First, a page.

Bridging the gaps between industry segments, this year’s MEGATRANS2018 connected the waste industry with government and the broader supply chain sector.
A greater push towards safety and efficiencies is driving legislative changes and updated guidelines about how waste is transported.
From Performance-Based Standards galvanising smarter trailer combinations for waste transport, to load restraint and Chain of Responsibility law changes propelling tarping solutions for skip loaders and hook lifts, the industry is embracing change.
As legislators place a greater emphasis on compliance, it becomes increasingly paramount that regulators and the broader supply chain collaborate. Bridging the gaps between industry segments that have previously operated in isolation was the focus of an exciting new international trade event – MEGATRANS2018.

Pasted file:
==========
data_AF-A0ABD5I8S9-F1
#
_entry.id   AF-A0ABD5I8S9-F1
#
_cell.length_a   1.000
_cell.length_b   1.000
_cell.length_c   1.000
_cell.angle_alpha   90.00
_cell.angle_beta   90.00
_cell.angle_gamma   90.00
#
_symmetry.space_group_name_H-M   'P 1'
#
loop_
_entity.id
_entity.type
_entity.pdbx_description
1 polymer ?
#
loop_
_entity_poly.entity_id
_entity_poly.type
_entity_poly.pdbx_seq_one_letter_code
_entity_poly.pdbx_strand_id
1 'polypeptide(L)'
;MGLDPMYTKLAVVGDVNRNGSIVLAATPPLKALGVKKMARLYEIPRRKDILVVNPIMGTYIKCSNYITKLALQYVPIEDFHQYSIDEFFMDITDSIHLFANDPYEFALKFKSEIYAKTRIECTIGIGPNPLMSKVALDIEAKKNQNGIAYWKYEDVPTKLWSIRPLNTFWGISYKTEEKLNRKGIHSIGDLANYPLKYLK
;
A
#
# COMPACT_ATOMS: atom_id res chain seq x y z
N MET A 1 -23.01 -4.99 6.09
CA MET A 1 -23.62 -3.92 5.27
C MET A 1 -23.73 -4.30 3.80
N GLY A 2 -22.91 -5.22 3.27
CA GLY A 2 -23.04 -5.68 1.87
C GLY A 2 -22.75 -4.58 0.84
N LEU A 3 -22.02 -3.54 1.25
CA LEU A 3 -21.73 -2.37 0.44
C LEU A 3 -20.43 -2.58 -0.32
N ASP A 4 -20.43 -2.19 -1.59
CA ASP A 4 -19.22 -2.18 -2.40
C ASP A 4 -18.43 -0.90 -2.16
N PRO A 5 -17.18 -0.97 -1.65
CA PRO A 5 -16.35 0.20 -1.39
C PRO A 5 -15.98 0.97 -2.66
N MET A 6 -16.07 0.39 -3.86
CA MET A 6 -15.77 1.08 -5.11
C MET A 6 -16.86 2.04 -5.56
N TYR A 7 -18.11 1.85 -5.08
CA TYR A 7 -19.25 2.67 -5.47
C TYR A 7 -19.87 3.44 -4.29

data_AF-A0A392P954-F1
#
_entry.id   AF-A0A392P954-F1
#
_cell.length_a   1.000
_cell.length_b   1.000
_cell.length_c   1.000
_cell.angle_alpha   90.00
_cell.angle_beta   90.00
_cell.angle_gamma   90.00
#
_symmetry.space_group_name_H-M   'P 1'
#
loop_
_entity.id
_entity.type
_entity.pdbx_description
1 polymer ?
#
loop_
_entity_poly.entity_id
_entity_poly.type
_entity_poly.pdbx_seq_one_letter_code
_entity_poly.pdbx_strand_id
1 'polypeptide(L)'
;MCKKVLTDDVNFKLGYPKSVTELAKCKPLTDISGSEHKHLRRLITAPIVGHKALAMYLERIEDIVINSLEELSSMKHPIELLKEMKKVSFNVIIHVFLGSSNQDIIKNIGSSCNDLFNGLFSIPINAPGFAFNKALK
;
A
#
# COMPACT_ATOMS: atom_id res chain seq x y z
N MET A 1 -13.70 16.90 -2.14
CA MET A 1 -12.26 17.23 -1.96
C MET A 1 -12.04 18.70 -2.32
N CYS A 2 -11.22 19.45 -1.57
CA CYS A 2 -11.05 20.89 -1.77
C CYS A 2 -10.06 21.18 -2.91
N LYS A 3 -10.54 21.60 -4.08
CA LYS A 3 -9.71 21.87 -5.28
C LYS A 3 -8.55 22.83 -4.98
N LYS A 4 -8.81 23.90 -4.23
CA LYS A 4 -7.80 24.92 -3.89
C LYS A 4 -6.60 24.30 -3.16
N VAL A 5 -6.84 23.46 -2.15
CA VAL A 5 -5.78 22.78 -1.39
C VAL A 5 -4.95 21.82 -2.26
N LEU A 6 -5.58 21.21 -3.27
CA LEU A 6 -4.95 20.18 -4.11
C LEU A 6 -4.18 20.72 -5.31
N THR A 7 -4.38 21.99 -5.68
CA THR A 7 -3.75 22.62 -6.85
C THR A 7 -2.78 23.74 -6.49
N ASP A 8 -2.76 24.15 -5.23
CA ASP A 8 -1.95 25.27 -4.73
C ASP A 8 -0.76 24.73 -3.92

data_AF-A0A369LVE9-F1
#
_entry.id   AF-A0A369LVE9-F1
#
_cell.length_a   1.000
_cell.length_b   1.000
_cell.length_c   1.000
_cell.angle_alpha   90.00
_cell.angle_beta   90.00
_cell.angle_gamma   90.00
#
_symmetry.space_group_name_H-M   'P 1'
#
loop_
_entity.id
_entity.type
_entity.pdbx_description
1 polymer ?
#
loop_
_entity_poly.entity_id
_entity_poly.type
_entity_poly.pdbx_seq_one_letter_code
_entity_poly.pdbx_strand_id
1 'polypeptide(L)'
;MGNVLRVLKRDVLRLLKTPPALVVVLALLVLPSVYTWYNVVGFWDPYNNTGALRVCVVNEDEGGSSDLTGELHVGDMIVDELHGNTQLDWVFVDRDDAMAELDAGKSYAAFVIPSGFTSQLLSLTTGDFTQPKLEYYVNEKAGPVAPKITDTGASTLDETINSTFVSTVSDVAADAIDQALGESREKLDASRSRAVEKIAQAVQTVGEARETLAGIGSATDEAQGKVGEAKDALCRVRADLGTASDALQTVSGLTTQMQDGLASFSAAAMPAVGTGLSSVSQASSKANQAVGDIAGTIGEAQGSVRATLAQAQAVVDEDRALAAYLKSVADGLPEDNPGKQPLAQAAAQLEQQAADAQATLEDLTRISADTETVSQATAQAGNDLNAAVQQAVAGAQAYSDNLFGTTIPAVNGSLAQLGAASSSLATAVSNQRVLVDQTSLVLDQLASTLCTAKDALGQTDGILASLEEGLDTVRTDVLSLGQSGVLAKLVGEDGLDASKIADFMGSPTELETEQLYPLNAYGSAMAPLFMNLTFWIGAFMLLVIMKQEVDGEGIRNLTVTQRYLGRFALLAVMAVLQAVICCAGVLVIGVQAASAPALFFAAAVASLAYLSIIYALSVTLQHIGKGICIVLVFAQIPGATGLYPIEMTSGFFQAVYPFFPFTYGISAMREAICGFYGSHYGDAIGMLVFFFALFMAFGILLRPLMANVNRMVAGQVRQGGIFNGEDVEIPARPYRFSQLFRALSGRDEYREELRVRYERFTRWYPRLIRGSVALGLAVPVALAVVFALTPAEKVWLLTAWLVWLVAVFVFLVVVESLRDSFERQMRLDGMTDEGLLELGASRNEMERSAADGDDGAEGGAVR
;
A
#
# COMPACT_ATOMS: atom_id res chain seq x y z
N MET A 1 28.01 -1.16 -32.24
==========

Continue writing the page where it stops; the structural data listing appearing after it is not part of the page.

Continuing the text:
The three-day expo, delivered in partnership with the Victorian Government, brought together those who plan, implement and control the efficient and effective forward flow and storage of goods, services and related information between the point of origin and point of consumption.
MEGATRANS2018 put key decision makers from across the entire supply chain under one roof. The event this May saw waste transport operators, suppliers, distributors, warehouse managers, infrastructure developers, telematics companies and more come together to discuss ways to improve safety, connectivity and efficiency in Australia’s transport and logistics sectors.
COLLABORATING AS ONE
The event explored new technologies, highlighted how development costs and lead time can be reduced with best practice systems, accelerated market entry by helping to find new joint venture partners and created new services by discovering new innovations.
Spread across the Melbourne Convention and Exhibition Centre in May, MEGATRANS2018 included multiple events in the lead up and during the expo, including the Australian Road Transport Suppliers Association Global Leaders’ Summit, the Victorian Government’s Ministerial Breakfast and the Logistics and Materials Handling Mercury Awards.